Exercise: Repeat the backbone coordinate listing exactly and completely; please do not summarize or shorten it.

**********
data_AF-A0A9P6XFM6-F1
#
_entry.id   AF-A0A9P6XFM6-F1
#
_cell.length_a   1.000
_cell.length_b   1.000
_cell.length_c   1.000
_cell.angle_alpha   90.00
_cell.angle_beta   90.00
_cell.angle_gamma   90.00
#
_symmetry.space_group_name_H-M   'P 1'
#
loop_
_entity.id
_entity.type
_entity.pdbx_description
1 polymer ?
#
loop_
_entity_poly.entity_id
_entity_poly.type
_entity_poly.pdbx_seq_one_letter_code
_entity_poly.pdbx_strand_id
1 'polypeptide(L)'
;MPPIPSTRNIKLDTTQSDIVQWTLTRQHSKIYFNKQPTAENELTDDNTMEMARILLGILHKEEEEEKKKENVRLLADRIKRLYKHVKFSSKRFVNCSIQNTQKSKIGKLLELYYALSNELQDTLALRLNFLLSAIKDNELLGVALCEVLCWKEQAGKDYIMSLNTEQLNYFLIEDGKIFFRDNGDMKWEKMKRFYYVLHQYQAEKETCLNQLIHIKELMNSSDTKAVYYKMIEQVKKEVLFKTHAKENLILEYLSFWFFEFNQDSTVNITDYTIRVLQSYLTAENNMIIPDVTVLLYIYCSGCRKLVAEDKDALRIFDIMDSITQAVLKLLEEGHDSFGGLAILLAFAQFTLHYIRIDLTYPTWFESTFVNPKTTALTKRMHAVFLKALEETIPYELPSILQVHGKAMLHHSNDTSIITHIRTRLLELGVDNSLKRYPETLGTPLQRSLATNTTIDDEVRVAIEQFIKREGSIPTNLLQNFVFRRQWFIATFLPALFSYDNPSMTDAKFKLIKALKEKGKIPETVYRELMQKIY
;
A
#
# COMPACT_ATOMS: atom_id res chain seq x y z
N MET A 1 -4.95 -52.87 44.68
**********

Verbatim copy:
data_AF-A0A9P6XFM6-F1
#
_entry.id   AF-A0A9P6XFM6-F1
#
_cell.length_a   1.000
_cell.length_b   1.000
_cell.length_c   1.000
_cell.angle_alpha   90.00
_cell.angle_beta   90.00
_cell.angle_gamma   90.00
#
_symmetry.space_group_name_H-M   'P 1'
#
loop_
_entity.id
_entity.type
_entity.pdbx_description
1 polymer ?
#
loop_
_entity_poly.entity_id
_entity_poly.type
_entity_poly.pdbx_seq_one_letter_code
_entity_poly.pdbx_strand_id
1 'polypeptide(L)'
;MPPIPSTRNIKLDTTQSDIVQWTLTRQHSKIYFNKQPTAENELTDDNTMEMARILLGILHKEEEEEKKKENVRLLADRIKRLYKHVKFSSKRFVNCSIQNTQKSKIGKLLELYYALSNELQDTLALRLNFLLSAIKDNELLGVALCEVLCWKEQAGKDYIMSLNTEQLNYFLIEDGKIFFRDNGDMKWEKMKRFYYVLHQYQAEKETCLNQLIHIKELMNSSDTKAVYYKMIEQVKKEVLFKTHAKENLILEYLSFWFFEFNQDSTVNITDYTIRVLQSYLTAENNMIIPDVTVLLYIYCSGCRKLVAEDKDALRIFDIMDSITQAVLKLLEEGHDSFGGLAILLAFAQFTLHYIRIDLTYPTWFESTFVNPKTTALTKRMHAVFLKALEETIPYELPSILQVHGKAMLHHSNDTSIITHIRTRLLELGVDNSLKRYPETLGTPLQRSLATNTTIDDEVRVAIEQFIKREGSIPTNLLQNFVFRRQWFIATFLPALFSYDNPSMTDAKFKLIKALKEKGKIPETVYRELMQKIY
;
A
#
# COMPACT_ATOMS: atom_id res chain seq x y z
N MET A 1 -4.95 -52.87 44.68